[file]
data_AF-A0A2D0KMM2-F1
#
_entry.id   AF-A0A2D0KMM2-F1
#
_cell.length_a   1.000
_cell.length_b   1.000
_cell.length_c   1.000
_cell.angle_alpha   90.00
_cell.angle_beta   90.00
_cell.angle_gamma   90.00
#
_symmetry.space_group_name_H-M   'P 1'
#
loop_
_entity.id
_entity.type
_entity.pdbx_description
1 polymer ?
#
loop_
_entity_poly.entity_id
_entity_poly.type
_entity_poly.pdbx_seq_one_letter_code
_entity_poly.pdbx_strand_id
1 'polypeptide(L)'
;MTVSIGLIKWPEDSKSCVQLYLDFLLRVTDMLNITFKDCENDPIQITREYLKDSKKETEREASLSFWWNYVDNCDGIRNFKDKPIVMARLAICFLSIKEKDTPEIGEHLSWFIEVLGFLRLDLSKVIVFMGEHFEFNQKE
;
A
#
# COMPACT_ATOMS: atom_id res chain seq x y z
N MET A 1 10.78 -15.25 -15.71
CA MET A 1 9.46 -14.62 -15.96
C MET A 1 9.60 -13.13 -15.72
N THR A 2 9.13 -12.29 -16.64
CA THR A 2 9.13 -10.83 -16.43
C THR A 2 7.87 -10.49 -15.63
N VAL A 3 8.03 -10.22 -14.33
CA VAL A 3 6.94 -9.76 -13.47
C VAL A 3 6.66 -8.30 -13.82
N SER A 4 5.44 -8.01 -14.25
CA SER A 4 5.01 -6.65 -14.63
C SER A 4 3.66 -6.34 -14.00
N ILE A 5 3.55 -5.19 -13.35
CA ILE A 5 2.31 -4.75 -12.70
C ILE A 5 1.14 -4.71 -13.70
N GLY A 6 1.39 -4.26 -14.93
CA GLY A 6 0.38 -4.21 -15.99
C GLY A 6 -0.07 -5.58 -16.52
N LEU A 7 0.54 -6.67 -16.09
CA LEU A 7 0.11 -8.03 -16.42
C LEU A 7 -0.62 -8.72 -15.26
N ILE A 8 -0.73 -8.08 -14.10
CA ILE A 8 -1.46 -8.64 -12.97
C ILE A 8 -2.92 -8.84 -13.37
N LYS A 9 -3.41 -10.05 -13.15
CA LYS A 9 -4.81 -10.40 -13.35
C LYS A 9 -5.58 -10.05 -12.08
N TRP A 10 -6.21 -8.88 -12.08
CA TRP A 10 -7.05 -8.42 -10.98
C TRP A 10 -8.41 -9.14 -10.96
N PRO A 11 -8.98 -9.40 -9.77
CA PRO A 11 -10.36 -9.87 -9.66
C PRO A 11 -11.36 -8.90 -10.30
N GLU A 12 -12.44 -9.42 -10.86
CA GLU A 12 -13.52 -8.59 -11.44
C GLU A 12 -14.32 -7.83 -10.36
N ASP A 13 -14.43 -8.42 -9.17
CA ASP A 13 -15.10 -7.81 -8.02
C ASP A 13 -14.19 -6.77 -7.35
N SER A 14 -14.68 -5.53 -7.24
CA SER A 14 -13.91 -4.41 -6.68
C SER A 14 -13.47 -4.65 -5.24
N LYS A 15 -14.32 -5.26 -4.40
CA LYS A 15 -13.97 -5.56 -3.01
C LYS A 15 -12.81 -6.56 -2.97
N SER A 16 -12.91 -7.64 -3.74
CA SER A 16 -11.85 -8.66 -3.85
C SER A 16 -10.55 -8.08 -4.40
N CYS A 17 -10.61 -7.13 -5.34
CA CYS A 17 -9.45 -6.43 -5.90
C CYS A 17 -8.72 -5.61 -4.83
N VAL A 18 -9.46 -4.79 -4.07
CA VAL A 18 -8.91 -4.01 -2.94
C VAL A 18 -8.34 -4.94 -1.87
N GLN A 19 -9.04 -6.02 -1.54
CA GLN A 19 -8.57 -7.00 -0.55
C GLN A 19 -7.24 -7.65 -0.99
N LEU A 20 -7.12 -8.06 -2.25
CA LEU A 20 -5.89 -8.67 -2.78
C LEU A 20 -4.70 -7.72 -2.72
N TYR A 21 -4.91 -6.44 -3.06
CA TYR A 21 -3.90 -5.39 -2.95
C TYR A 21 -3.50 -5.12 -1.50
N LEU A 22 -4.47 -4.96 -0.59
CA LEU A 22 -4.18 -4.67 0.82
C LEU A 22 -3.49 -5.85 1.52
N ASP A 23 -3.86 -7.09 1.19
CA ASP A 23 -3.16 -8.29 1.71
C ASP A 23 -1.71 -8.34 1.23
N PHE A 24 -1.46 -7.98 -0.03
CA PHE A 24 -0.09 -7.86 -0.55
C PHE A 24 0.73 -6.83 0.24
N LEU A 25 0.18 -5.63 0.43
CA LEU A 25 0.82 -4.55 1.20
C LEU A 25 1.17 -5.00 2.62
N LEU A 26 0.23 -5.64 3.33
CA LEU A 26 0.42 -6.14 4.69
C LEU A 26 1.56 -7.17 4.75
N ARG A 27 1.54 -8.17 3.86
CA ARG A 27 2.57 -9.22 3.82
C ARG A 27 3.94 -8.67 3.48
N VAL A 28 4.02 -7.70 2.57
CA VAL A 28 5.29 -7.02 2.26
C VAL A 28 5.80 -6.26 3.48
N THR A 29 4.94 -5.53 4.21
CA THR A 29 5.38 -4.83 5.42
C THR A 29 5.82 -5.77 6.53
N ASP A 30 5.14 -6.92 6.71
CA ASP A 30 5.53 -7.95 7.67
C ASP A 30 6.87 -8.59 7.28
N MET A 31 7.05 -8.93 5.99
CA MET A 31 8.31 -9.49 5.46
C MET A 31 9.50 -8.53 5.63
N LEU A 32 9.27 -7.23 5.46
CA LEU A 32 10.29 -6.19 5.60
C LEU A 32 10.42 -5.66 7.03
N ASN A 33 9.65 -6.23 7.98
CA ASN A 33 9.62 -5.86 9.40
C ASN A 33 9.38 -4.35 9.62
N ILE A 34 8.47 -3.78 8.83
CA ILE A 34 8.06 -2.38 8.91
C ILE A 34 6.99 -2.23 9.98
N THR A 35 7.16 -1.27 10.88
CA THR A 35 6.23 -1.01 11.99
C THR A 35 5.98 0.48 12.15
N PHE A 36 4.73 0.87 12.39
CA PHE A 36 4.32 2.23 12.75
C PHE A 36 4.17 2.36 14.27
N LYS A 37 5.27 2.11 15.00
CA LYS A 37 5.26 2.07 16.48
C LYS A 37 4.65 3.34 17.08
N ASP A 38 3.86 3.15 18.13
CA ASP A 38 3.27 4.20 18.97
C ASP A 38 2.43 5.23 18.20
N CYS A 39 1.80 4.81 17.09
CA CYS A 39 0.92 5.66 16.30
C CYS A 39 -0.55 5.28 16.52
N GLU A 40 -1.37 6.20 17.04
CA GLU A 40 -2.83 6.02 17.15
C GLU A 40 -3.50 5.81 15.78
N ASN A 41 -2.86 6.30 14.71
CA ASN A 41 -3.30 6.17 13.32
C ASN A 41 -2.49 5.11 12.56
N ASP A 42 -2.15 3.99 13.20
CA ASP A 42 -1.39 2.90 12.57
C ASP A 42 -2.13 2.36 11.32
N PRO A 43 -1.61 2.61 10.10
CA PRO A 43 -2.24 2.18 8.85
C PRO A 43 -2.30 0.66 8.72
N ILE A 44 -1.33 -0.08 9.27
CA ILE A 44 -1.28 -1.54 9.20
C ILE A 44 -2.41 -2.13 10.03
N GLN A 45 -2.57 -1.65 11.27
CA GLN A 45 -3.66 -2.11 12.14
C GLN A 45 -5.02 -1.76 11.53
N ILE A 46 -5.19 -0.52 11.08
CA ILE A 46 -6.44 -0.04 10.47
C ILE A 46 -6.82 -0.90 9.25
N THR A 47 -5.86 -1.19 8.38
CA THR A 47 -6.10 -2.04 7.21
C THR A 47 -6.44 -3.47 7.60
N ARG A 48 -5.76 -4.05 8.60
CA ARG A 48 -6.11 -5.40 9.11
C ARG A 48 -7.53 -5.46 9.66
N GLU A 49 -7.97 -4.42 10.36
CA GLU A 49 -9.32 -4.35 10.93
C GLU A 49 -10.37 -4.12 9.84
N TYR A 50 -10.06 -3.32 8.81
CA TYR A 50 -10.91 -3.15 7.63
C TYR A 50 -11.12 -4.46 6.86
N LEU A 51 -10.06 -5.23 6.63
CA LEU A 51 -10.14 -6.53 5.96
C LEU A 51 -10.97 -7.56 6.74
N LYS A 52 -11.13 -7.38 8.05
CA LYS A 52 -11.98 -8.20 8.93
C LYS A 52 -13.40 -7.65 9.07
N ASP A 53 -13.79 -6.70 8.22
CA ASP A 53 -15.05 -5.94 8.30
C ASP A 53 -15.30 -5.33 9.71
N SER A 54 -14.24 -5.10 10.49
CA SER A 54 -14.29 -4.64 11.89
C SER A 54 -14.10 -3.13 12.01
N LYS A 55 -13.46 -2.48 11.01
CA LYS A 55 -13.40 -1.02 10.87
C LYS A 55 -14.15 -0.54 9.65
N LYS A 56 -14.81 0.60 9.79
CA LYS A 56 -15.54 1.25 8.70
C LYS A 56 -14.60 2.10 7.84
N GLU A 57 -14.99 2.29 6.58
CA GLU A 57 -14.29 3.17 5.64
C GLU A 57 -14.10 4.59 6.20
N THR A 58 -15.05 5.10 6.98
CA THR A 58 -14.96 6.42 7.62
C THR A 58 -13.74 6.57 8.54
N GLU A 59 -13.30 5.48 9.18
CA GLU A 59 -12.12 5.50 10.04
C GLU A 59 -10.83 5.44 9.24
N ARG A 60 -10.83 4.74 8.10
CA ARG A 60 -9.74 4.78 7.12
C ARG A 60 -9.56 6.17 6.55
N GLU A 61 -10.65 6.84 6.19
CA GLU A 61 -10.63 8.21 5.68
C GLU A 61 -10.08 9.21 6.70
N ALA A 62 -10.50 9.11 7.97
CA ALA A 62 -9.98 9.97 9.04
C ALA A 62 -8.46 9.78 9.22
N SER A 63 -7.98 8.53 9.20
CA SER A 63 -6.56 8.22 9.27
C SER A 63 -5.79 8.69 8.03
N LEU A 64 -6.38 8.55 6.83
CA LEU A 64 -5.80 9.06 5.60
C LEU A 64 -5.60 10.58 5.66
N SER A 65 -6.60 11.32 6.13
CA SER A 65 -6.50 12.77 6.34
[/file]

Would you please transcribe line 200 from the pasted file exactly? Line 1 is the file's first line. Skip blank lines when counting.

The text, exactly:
CA GLU A 57 -14.29 3.17 5.64